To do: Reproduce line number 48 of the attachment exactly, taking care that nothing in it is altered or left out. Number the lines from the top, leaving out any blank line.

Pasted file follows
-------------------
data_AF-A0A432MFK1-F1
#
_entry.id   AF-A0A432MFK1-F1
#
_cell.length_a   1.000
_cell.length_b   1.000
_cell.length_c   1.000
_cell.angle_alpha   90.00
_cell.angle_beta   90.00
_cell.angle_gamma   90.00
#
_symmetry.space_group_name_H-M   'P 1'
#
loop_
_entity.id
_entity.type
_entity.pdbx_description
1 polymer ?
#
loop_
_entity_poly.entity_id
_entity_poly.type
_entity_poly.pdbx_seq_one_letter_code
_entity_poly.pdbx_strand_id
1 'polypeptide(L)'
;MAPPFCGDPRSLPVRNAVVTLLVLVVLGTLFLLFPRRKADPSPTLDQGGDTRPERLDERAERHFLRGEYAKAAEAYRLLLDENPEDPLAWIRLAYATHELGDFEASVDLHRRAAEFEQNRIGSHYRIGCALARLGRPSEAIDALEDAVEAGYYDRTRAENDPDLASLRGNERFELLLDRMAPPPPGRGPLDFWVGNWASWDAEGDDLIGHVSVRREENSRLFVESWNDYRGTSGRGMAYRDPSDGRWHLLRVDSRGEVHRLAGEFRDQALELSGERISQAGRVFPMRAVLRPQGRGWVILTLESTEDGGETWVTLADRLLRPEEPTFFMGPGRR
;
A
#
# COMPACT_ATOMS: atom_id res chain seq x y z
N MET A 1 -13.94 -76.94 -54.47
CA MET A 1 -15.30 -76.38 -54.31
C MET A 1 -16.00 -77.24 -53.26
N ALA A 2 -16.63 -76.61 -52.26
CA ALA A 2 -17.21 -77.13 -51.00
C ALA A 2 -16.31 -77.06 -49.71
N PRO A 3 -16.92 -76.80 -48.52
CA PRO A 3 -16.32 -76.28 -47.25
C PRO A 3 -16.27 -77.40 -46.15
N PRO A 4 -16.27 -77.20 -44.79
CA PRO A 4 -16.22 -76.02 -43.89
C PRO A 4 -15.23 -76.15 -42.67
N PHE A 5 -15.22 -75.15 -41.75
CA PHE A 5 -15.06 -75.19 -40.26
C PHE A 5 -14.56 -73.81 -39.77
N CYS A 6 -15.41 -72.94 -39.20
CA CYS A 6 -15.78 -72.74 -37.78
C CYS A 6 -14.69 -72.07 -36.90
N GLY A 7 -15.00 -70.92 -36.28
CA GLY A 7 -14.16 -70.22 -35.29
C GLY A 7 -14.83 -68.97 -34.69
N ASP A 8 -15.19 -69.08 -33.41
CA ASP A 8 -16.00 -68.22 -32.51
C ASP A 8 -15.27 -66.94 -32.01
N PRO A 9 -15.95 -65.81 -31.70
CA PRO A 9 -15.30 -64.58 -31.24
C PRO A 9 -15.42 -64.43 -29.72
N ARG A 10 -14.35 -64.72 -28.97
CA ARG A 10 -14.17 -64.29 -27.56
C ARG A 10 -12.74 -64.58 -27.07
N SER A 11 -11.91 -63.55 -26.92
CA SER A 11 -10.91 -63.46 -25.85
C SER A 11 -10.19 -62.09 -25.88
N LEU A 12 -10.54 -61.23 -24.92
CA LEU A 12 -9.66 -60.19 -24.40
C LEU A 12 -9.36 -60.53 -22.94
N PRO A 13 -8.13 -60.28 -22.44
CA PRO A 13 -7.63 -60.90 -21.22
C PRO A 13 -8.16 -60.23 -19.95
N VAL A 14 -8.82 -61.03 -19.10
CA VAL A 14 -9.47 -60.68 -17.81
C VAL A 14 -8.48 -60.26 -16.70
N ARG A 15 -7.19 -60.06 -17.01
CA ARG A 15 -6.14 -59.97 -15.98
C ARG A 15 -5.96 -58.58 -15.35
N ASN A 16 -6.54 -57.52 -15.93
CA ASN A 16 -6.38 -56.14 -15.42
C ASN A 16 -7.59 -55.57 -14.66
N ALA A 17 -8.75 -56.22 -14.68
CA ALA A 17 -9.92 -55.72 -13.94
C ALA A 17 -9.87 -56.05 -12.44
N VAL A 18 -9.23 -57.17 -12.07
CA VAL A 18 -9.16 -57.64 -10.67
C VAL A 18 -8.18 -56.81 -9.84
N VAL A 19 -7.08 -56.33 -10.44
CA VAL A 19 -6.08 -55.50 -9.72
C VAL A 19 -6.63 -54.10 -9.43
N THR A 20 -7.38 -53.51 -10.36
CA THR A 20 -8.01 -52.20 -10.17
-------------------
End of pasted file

C CYS A 6 -14.69 -72.07 -36.90